An awards ceremony is a proper if not an integral element of an awards program. 65 Comp. Gen. 738, 740. An awards ceremony providing public recognition clearly differs from the agency's day-to-day conduct of official business. Id. Given the ceremonial purpose served by such events, refreshments, which would be inappropriate in other contexts, are appropriate so long as the agency determines that the refreshments will materially enhance the effectiveness of the ceremony. Id. Accordingly, we have held that an agency may use appropriated funds to pay for refreshments in this context as a necessary expense for the honorary recognition of employees in accordance with GEIAA. Id.
This is not to say that agencies have unlimited discretion in the use of appropriated funds to pay for refreshments at an awards ceremony. Expenditures by the Department of Veterans Affairs Medical Center, Oklahoma City, Oklahoma (II), B'247563, B-247563.4, Dec. 11, 1996. We have not, however, constrained agency discretion by offering a hard-and-fast definition of what refreshments an agency may consider necessary expenses as that phrase is used in GEIAA, and will not do so here either. Instead, we have looked at this issue in the context of all the facts and circumstances. Under this approach, the food served at the ceremony and its cost are not the sole considerations. The nature of the event, and what's appropriate in those circumstances, may also be as important a consideration as what food is served and how much it cost.
Consider, for example, our approach in the following decisions. In 1969, NASA charged its Research and Program Management appropriation $60,000 to pay for a banquet at which President Nixon awarded Medals of Freedom to the Apollo 11 astronauts. B-167835, Nov. 18, 1969. In deferring to NASA's discretion to use appropriated funds for an awards ceremony of this magnitude, we observed that GEIAA does not establish a dollar limitation. Id. In our 1986 decision, discussed above, we commented on the relative nature of what refreshments would constitute necessary expenses under GEIAA. In that decision, we did not object to the Social Security Administration's use of appropriated funds to pay for a buffet luncheon as part of the agency's annual awards ceremony, so long as the agency determined that the buffet luncheon would materially enhance the effectiveness of its awards ceremony. 65 Comp. Gen. at 740.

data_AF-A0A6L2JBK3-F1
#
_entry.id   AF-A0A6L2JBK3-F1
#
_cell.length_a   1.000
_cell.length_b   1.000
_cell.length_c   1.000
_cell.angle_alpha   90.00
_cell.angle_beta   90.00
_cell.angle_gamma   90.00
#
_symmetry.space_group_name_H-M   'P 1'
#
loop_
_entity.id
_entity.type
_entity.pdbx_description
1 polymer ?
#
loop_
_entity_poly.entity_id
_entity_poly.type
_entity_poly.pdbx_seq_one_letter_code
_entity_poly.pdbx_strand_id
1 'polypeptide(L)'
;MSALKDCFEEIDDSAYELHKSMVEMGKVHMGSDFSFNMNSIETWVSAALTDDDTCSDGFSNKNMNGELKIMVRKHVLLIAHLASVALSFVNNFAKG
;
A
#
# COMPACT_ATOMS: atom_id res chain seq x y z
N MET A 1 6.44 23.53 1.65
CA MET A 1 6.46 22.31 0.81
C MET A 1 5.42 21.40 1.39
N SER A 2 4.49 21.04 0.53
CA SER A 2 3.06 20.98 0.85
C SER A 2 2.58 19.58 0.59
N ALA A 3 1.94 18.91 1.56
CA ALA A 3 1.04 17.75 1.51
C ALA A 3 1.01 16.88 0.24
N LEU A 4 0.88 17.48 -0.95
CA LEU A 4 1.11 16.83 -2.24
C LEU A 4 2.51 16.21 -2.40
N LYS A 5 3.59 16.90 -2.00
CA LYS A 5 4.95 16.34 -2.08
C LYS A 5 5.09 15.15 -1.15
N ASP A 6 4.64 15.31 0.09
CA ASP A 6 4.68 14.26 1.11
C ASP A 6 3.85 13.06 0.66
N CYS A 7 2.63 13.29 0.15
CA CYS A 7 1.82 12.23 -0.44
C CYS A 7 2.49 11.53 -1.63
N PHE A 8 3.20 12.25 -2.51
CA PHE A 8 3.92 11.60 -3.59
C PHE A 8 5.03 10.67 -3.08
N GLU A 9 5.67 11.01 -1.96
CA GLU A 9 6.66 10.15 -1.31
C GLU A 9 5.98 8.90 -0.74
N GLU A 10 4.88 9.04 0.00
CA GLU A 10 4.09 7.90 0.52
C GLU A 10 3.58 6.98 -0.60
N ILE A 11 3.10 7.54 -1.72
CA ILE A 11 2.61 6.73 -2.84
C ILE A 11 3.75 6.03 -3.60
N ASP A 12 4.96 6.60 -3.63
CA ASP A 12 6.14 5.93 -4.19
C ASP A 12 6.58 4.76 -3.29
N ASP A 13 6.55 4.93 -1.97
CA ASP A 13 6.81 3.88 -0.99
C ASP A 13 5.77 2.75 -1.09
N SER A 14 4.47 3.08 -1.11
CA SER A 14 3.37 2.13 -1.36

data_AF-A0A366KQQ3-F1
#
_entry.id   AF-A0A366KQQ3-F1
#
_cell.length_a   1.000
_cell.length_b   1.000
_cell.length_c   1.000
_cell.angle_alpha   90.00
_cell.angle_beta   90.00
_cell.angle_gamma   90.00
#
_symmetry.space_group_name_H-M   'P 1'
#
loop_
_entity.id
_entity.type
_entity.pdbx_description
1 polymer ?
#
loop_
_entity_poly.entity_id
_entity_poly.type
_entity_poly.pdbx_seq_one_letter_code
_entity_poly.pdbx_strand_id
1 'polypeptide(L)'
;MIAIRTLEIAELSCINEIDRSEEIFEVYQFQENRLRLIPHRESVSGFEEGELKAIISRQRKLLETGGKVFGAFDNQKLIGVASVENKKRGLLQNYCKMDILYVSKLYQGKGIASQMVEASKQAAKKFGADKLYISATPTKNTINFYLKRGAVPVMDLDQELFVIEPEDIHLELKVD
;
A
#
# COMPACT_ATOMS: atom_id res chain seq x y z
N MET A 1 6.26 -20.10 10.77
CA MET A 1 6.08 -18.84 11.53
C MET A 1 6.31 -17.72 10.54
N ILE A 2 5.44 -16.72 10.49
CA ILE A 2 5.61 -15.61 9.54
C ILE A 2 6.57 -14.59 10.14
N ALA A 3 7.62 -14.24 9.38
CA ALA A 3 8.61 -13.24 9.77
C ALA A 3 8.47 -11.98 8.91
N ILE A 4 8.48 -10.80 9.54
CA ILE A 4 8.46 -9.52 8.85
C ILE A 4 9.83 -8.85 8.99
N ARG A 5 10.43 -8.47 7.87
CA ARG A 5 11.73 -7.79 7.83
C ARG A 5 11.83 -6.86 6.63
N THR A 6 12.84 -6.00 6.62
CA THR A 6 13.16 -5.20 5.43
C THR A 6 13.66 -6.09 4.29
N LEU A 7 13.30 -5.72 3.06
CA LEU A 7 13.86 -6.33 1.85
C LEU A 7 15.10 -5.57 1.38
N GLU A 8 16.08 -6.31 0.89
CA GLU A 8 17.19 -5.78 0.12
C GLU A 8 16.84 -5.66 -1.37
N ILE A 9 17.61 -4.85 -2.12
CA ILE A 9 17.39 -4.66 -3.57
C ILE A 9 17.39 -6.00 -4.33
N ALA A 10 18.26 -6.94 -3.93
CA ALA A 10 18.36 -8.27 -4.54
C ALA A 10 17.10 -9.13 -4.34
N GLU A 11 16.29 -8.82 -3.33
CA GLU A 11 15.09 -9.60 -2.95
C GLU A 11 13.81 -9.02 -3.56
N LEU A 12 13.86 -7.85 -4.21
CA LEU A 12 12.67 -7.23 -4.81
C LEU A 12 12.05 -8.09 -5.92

We applied the same approach in a 1995 decision involving the Defense Reutilization and Marketing Service (DRMS). There, the Commander, DRMS had authorized awards to each DRMS employee in recognition of each employee's contribution to new agency business-like practices. The Commander authorized the head of each DRMS office to make the awards at luncheons not to exceed $20 per person. Recognizing that the employee coverage of the DRMS ceremonies was broader than we have typically encountered in our prior decisions, we said, nonetheless, that unless arbitrary and capricious, differences in degree do not invalidate the decisions made. B-270327, March 12, 1997.
Here, the Great Plains Regional Office incentive awards buffet included roast turkey with dressing and vegetables and salad, at a cost of $6.25 per person. The food was offered as part of the Office's annual awards ceremony where the Office made awards to employees for excellence of service, superior service, meritorious service, public service, employee of the year and other special awards. The Director, in making the awards, applauded her staff for their perseverance when confronted with the challenges of an unusual year, noting an agency apology to Indian people for past errors, a review of the agency by the National Academy of Public Administration, and systems changes, reorganization, and regulation changes. In this context, she determined that the food was in the best interest of the government and coincided with the awards ceremony.
We find, in these circumstances, that the Director reasonably exercised the discretion accorded her by GEIAA, and do not object to the $554.40 expenditure for the buffet luncheon.
Anthony H. Gamboa